Cornwater Fine Art Gallery - Specialist dealers to the trade and retail in original paintings and signed prints by L.S. Lowry, David Shepherd and Russell Flint.

An Isolated Figure Who Filled A Lifetime Into The Areas Of Industrial Northern England

A jar of honey was the payment Lowry was paid for the last couple of his many paintings and drawings. They were given to a colleague of many years, John Morris, for whom Lowry had previously drawn several sketches in exchange for a few bars of chocolate. The Lancashire artist's last drawings were two sketches , quickly scribbled on the rear of a bow-tie packet with a japanese felt tip pen. One is of a Salford street scene, The other is a drawing of Mr Morris's dog Labrador, Rex. It is inscribed 'To Rex, with best wishes'

Mr Morris of Heaton Road, Stockport, said "All Lowry asked for the sketches was the jar of honey, which I had brought for him anyway. He loved honey and bars of chocolate too, which I used to drop through his letter box to say Hello. It was a bit of humour between us. He drew several drawings for me, which I gave to charity, and all for a few bars of chocolate. He was very gentle, with a enormous sense of humour, but very isolated.

When Lowry died the population of the world was three and a half thousand million. The probability therefore of succeeding in worldwide recognition were very small, yet, here was a painter, whose paintings had become instantly recognisable , viewed anywhere from Manchester to Brisbane. At the age of eighty eight, Lowry passed away. Many people regard him as a genius , yet he achieved little pleasure and comfort. He was tall in stature and lived on his own, isolated, without many material possessions, and for a long time he had tended to complain about having no. He had many people coming to see him. but when he was bored with them, he would yawn. A type of yawn that was saying to his visitor; that he wished to be alone.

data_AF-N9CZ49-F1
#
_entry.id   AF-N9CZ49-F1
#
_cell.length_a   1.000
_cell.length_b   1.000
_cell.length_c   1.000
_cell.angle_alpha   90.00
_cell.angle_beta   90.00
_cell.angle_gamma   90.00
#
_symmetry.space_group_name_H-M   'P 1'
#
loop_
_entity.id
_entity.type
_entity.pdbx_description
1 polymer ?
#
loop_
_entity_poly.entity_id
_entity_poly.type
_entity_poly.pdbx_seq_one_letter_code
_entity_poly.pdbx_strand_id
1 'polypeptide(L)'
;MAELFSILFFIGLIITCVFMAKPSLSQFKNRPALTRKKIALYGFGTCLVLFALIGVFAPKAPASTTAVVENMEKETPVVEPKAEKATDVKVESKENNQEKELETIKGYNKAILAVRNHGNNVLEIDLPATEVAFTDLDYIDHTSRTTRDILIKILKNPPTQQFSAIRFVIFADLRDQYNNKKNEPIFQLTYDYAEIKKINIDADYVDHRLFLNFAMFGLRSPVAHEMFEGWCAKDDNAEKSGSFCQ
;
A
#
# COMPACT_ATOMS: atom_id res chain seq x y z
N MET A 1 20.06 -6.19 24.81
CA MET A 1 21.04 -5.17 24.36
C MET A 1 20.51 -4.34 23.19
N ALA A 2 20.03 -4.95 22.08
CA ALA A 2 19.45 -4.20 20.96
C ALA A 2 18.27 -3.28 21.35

Lowry was amazed by the factories and the men, women and children around him, and never sawwhy they had not been captured on canvas before. So he decided to have a go. He was able to succeed at this, but it was painful on the way. During this period Lowry was selling one artwork a year for around thirty pounds. He often showed an expression of seriousness, but inside there was a strange sense of humour. He would tell budding artists, "Stop before it is too late." To others he would say, "I am unbelievablyincorrigibly lazy, maybe that is the reason I have been so industrious all my days." Or, "Look at that cemetry, nobody there is complaining." Or, "A married man exists like a dog and dies like a king; a single man lives like a king and dies like a dog." He stopped with his artistic career more often than his contemporaries begun, there are many references to 'Last Interviews'. He always thought of 1918-1930 as his finest time because he was 'fresh to it'. When a customer once said "Mr Lowry, you haven't dated this painting." He replied with a serious look, "Oh, haven't I? Which date would you prefer, 1929 was an excellent year."

On one occasion he said, "I guess if I had my life again I would be an artist, but I don't think much of it as a job. You get fed up of painting pictures, It's work like any other job."


David Tatham, fine picture dealer for more than quarter of a century, has an extensive knowledge of Lowry's biography. Signed, prints and drawings can be seen and purchased from the website. http://www.lowry.co.uk

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